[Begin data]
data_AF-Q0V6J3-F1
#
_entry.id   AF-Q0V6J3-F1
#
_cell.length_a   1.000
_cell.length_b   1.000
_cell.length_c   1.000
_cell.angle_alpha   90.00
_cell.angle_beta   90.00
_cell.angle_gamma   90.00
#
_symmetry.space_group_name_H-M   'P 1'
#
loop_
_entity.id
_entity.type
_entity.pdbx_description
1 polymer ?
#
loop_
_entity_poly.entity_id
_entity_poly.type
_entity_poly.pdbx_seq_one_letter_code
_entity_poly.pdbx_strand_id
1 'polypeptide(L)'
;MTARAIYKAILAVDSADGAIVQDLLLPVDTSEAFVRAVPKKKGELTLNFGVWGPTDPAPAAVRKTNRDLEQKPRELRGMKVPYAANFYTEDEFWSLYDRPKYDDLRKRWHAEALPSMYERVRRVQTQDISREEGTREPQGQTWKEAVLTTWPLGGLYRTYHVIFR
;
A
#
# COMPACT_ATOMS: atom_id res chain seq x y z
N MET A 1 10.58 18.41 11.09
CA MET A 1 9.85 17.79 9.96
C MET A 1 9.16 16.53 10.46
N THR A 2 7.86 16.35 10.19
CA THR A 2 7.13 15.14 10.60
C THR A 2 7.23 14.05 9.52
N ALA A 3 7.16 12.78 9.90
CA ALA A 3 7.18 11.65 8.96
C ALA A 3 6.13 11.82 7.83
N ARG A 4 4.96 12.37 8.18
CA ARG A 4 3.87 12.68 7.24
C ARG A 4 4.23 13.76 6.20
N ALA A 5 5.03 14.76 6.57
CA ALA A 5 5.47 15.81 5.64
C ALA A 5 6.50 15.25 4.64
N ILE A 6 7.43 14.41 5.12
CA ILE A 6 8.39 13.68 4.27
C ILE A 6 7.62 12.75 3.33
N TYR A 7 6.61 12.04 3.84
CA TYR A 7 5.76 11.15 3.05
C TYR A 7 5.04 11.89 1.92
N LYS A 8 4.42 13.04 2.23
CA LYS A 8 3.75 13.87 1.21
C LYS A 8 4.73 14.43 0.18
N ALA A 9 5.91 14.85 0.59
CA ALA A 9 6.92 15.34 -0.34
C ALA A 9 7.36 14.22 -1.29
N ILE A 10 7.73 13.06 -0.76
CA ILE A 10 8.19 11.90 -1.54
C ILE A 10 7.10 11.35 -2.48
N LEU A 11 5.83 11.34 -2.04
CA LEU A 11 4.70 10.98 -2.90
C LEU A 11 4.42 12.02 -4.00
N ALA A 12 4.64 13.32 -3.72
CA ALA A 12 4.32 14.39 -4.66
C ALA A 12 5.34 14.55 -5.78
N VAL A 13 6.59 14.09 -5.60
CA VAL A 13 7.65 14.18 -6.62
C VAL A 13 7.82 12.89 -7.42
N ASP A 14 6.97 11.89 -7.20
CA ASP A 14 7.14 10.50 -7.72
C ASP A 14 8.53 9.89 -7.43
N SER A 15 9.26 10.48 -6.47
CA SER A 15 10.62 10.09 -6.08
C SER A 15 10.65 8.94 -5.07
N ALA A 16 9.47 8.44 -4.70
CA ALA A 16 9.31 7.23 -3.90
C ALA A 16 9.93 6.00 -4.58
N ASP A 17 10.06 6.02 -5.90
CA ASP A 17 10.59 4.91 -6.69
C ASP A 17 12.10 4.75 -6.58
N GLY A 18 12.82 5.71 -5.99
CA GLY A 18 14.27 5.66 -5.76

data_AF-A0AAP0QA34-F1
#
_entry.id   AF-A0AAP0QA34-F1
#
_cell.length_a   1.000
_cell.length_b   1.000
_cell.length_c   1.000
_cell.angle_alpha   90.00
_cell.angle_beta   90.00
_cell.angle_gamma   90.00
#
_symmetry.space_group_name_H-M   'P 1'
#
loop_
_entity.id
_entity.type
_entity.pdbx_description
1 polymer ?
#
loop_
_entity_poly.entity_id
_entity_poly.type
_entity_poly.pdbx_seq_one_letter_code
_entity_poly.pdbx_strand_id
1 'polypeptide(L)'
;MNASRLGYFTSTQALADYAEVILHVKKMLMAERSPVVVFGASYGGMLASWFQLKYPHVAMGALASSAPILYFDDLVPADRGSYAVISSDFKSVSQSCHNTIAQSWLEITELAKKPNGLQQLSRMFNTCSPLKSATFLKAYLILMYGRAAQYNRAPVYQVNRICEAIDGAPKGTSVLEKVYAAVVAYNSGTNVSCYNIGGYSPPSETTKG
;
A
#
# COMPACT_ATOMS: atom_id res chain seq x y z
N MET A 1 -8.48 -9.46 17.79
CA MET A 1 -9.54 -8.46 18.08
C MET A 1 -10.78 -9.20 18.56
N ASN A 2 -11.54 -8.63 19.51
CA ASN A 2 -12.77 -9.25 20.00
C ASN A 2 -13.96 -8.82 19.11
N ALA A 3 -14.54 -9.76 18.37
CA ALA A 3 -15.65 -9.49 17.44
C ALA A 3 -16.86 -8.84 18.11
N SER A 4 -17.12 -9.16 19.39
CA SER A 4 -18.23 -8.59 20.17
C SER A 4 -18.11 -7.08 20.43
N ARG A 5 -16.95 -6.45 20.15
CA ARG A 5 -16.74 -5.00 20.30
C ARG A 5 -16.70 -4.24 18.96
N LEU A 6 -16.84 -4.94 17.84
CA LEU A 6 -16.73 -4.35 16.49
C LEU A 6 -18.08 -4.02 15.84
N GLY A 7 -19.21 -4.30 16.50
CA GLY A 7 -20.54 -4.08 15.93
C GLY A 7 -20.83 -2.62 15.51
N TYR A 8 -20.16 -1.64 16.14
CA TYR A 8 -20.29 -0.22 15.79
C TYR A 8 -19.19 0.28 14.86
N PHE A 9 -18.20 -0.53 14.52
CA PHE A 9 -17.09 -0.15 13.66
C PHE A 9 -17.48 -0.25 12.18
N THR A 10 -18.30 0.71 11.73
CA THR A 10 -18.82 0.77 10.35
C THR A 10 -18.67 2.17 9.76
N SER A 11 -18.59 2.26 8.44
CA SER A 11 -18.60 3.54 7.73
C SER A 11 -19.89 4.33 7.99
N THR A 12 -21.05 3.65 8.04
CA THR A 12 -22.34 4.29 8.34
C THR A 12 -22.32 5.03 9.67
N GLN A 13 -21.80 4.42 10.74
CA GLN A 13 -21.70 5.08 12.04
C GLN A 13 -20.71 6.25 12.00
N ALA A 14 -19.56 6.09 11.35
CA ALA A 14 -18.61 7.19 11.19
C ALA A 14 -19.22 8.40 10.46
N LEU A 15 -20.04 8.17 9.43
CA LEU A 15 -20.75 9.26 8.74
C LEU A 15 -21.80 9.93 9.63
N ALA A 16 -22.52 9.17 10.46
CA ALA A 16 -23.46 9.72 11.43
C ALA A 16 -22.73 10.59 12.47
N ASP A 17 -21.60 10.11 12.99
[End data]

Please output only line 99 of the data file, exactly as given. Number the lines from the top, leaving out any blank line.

_entity.type